Thus, immunization registries are powerful tools for monitoring and tracking immunizations in practices. Most users clearly see the benefit for individual patient care. Fewer users place as high a benefit on overall coverage rates, a function still seen as a responsibility for public health programs, not private offices. Education, training, and data feedback have been successful in increasing provider awareness and willingness to consider their role in promoting the greater good of the community.
NEW JERSEY IMPROVING PREVENTIVE SERVICES PROJECT
In 2002, the National Initiative for Children's Healthcare Quality (NICHQ),14 an education and research organization dedicated to improving the quality of health care provided to children and adolescents, launched an effort to increase immunization rates in primary care practice. A partnership was formed between the American Academy of Pediatrics New Jersey chapter (AAPNJ) and the New Jersey Department of Health and Senior Services' Vaccine Preventable Disease Program (VPDP), with a goal of improving immunization rates. Objectives were to support deployment and use of the New Jersey immunization registry and increase individual practices' ability to immunize their patients on time and fully, using quality improvement and office system change methods.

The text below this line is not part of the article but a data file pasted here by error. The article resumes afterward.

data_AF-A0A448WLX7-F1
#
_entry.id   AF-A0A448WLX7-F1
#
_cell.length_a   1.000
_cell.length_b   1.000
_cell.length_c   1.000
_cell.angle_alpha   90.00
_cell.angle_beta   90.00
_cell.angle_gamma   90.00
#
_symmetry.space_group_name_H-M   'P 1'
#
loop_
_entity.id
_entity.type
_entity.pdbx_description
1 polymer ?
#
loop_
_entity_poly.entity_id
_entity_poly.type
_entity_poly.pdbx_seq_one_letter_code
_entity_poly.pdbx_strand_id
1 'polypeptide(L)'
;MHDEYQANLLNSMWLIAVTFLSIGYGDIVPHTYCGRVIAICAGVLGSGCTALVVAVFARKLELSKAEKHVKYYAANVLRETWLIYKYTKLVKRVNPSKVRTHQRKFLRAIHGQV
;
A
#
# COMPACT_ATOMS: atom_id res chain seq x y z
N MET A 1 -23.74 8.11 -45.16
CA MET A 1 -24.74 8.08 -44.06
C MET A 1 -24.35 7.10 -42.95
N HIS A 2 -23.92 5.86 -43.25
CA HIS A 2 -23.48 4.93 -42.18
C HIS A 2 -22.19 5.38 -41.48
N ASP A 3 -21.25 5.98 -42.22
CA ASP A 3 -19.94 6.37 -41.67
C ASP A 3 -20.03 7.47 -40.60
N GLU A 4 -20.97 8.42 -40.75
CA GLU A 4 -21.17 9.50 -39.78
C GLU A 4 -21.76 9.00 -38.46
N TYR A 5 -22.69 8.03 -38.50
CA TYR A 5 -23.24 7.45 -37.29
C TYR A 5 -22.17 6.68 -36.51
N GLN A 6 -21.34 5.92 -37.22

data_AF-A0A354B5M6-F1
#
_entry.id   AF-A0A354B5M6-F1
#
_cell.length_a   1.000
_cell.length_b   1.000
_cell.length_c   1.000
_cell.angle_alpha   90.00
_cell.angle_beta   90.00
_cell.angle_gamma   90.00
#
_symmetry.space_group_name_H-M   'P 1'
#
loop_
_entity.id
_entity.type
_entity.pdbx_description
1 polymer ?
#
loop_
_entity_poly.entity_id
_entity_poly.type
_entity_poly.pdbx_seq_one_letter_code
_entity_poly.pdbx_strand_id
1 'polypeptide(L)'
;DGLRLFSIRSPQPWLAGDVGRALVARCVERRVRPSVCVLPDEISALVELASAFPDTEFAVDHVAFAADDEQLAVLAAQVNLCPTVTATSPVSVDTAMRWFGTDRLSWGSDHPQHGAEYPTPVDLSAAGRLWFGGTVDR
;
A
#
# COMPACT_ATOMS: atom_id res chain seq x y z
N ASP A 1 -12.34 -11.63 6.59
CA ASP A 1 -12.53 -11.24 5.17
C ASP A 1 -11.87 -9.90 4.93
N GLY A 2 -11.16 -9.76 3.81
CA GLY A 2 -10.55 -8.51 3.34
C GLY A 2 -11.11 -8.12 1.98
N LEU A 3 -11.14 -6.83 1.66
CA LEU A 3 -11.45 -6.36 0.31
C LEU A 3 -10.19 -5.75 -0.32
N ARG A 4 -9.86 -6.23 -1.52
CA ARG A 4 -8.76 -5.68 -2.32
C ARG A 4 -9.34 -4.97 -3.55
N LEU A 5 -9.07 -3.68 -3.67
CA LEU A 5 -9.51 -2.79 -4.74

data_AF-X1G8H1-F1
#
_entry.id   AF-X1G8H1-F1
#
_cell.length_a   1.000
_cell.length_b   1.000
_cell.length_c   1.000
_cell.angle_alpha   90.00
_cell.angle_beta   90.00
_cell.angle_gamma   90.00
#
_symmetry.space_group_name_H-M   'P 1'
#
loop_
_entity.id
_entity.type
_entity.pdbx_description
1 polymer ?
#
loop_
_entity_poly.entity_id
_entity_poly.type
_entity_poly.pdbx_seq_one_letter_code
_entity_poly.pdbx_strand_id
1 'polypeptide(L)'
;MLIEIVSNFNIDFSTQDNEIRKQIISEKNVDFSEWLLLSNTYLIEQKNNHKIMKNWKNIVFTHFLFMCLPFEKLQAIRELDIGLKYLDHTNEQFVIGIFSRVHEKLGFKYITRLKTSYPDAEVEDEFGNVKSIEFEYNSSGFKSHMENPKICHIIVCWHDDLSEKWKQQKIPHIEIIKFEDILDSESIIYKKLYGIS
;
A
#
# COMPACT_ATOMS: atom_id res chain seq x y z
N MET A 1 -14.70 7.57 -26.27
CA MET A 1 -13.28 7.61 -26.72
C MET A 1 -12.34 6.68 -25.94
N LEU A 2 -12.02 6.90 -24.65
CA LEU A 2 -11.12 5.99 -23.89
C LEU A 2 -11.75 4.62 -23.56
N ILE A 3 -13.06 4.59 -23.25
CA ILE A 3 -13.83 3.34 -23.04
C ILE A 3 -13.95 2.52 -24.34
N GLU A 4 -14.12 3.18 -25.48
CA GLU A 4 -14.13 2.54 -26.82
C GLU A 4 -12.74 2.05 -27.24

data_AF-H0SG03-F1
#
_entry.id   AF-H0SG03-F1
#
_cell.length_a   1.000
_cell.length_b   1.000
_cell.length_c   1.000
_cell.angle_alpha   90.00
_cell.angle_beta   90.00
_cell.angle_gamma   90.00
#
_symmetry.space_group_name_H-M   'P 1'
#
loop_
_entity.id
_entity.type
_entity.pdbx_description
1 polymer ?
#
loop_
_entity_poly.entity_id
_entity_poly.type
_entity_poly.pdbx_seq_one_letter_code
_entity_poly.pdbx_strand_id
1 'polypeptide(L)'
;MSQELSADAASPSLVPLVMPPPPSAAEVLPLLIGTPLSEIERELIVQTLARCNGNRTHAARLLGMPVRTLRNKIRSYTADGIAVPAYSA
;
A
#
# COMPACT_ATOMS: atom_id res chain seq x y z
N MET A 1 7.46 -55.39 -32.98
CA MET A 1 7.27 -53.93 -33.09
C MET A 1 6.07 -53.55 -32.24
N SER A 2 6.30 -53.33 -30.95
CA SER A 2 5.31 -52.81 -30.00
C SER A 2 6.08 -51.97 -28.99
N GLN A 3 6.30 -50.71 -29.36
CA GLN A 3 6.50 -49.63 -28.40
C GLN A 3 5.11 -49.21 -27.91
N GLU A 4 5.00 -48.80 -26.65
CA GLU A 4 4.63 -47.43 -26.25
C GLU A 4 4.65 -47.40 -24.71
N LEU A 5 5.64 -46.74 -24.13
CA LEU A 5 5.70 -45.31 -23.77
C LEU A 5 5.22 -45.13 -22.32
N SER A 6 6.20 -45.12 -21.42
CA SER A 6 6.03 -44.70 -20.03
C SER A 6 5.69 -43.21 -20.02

Composite Outcome Measures
Clinician-reported Immunization Delivery Changes and Their Effectiveness and Ease of Adoption
The intervention that developed, the New Jersey Improving Preventive Services Project (NJIPSP), was a modified Breakthrough Learning Collaborative15 and involved the following key components:
* Identification of key quality measures to be adopted by all practices;